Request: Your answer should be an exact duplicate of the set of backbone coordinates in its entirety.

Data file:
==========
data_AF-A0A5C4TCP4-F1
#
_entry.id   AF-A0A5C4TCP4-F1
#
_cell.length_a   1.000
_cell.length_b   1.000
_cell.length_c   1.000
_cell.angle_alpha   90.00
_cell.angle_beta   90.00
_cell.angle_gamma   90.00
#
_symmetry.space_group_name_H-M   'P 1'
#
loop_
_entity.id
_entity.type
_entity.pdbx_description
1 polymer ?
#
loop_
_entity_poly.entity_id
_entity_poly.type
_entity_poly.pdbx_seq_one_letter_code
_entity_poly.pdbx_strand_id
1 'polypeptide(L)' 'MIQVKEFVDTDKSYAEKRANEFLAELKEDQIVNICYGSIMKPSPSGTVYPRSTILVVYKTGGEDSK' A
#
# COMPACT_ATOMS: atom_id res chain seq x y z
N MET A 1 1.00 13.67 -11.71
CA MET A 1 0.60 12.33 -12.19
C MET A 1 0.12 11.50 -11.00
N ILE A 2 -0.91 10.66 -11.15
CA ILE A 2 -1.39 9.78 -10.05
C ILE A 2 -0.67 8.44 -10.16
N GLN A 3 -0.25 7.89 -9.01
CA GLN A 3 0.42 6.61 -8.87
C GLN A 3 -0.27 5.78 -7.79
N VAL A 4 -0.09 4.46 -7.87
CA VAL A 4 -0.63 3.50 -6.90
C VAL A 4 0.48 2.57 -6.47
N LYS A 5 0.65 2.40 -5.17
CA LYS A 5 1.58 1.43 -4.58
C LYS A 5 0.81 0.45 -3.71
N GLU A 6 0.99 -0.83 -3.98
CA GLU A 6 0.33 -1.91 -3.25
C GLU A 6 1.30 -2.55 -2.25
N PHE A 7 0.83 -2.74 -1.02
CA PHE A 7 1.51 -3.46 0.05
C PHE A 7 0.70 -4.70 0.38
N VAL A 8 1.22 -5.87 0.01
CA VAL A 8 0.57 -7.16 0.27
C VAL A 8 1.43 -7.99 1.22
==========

data_AF-A0A5C4TCP4-F1
#
_entry.id   AF-A0A5C4TCP4-F1
#
_cell.length_a   1.000
_cell.length_b   1.000
_cell.length_c   1.000
_cell.angle_alpha   90.00
_cell.angle_beta   90.00
_cell.angle_gamma   90.00
#
_symmetry.space_group_name_H-M   'P 1'
#
loop_
_entity.id
_entity.type
_entity.pdbx_description
1 polymer ?
#
loop_
_entity_poly.entity_id
_entity_poly.type
_entity_poly.pdbx_seq_one_letter_code
_entity_poly.pdbx_strand_id
1 'polypeptide(L)' 'MIQVKEFVDTDKSYAEKRANEFLAELKEDQIVNICYGSIMKPSPSGTVYPRSTILVVYKTGGEDSK' A
#
# COMPACT_ATOMS: atom_id res chain seq x y z
N MET A 1 1.00 13.67 -11.71
CA MET A 1 0.60 12.33 -12.19
C MET A 1 0.12 11.50 -11.00
N ILE A 2 -0.91 10.66 -11.15
CA ILE A 2 -1.39 9.78 -10.05
C ILE A 2 -0.67 8.44 -10.16
N GLN A 3 -0.25 7.89 -9.01
CA GLN A 3 0.42 6.61 -8.87
C GLN A 3 -0.27 5.78 -7.79
N VAL A 4 -0.09 4.46 -7.87
CA VAL A 4 -0.63 3.50 -6.90
C VAL A 4 0.48 2.57 -6.47
N LYS A 5 0.65 2.40 -5.17
CA LYS A 5 1.58 1.43 -4.58
C LYS A 5 0.81 0.45 -3.71
N GLU A 6 0.99 -0.83 -3.98
CA GLU A 6 0.33 -1.91 -3.25
C GLU A 6 1.30 -2.55 -2.25
N PHE A 7 0.83 -2.74 -1.02
CA PHE A 7 1.51 -3.46 0.05
C PHE A 7 0.70 -4.70 0.38
N VAL A 8 1.22 -5.87 0.01
CA VAL A 8 0.57 -7.16 0.27
C VAL A 8 1.43 -7.99 1.22